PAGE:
Triglycidyl amine crosslinking combined with ethanol inhibits bioprosthetic heart valve calcification

Jeanne M. Connolly, Marina A. Bakay, Ivan S. Alferiev, Robert C. Gorman, Joseph H. Gorman, Howard S. Kruth, Paul E. Ashworth, Jaishankar K. Kutty, Frederick J. Schoen, Richard W. Bianco, Robert J. Levy

Research output: Contribution to journalArticlepeer-review

25 Scopus citations


Background: One of the most important factors responsible for the calcific failure of bioprosthetic heart valves is glutaraldehyde crosslinking. Ethanol (EtOH) incubation after glutaraldehyde crosslinking has previously been reported to confer anticalcification efficacy for bioprostheses. The present studies investigated the anticalcification efficacy in vivo of the novel crosslinking agent, triglycidyl amine (TGA), with or without EtOH incubation, in comparison with glutaraldehyde. Methods: The TGA crosslinking (± EtOH) was used to prepare porcine aortic valves for both rat subdermal implants and sheep mitral valve replacements, for comparisons with glutaraldehyde-fixed controls. Thermal denaturation temperature, an index of crosslinking, cholesterol extraction, and hydrodynamic properties were quantified. Explant endpoints included quantitative and morphologic assessment of calcification. Results: Thermal denaturation temperatures after TGA were intermediate between unfixed and glutaraldehyde-fixed. EtOH incubation resulted in almost complete extraction of cholesterol from TGA or glutaraldehyde-fixed cusps. Rat subdermal explants (90 days) demonstrated that TGA-EtOH resulted in a significantly greater level of inhibition of calcification than other conditions. Thus, TGA-ethanol stent mounted porcine aortic valve bioprostheses were fabricated for comparisons with glutaraldehyde-pretreated controls. In hydrodynamic studies, TGA-EtOH bioprostheses had lower pressure gradients than glutaraldehyde-fixed. The TGA-ethanol bioprostheses used as mitral valve replacements in juvenile sheep (150 days) demonstrated significantly lower calcium levels in both explanted porcine aortic cusp and aortic wall samples compared with glutaraldehyde-fixed controls. However, TGA-EtOH sheep explants also demonstrated isolated calcific nodules and intracuspal hematomas. Conclusions: The TGA-EtOH pretreatment of porcine aortic valves confers significant calcification resistance in both rat subdermal and sheep circulatory implants, but with associated structural instability.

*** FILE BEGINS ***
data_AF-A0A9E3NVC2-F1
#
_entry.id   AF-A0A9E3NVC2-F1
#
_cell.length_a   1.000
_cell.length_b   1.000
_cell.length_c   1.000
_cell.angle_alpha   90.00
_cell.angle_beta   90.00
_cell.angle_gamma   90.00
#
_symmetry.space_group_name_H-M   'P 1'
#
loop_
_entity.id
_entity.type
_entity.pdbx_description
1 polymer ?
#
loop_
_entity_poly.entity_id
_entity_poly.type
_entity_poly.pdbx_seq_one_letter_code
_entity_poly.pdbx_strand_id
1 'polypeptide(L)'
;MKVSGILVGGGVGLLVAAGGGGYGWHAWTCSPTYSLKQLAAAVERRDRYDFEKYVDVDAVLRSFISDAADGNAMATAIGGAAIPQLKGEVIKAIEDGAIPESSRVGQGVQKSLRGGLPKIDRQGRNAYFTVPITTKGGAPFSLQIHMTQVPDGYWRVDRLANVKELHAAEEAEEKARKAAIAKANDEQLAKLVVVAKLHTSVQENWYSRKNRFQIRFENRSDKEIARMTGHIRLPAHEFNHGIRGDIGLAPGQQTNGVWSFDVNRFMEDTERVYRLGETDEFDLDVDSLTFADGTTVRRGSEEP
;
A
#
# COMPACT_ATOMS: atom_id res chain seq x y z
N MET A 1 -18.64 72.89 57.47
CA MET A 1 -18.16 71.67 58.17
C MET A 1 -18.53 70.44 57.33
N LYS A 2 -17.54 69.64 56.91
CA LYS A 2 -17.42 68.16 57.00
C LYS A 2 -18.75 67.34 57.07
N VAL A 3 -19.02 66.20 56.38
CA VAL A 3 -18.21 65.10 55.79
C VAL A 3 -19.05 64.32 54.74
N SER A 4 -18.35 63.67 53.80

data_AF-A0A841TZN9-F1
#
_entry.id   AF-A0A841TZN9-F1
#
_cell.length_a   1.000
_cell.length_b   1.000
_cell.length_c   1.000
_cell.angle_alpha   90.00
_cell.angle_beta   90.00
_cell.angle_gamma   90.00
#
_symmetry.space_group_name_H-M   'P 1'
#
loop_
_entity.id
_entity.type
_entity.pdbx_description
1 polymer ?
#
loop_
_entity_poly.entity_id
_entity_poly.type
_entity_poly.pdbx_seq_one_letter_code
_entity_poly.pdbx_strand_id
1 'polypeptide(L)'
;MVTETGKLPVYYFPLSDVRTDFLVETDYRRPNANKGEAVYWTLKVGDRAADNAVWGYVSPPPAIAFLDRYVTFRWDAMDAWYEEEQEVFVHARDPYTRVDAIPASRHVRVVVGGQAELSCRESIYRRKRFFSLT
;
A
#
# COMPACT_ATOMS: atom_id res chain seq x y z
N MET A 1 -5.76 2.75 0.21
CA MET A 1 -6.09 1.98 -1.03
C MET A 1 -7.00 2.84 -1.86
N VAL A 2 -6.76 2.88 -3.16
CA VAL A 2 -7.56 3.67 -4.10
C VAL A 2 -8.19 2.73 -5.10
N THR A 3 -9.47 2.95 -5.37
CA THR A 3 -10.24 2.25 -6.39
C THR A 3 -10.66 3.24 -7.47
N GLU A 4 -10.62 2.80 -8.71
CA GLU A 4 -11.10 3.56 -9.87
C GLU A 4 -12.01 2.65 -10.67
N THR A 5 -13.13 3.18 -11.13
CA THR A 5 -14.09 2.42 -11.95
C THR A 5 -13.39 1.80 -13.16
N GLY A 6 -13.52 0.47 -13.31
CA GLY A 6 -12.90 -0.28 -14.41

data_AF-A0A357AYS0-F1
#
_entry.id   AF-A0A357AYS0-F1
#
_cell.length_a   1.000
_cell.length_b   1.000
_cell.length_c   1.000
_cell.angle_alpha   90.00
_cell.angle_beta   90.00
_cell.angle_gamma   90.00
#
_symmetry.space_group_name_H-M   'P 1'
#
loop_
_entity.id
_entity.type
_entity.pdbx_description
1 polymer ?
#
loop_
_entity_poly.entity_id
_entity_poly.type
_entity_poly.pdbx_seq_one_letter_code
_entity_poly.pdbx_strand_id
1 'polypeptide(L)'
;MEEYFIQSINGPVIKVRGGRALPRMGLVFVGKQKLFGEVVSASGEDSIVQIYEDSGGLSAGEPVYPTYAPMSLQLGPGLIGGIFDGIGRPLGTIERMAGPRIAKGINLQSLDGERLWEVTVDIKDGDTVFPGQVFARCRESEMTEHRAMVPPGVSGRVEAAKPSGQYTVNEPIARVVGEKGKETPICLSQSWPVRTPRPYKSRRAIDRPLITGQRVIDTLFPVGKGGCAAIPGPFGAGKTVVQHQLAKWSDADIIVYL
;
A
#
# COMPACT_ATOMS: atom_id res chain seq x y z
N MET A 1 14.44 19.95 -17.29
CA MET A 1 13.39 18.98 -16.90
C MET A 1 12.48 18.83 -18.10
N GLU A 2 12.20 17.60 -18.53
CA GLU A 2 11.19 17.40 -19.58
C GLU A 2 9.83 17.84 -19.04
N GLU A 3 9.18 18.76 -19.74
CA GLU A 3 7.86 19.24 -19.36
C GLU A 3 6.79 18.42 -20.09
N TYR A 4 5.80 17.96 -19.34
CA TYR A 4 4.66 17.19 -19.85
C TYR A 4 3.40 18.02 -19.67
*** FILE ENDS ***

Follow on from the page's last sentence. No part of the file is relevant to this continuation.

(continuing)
Original languageEnglish (US)
Pages (from-to)858-865
Number of pages8
JournalAnnals of Thoracic Surgery
Issue number3
StatePublished - Sep 2011


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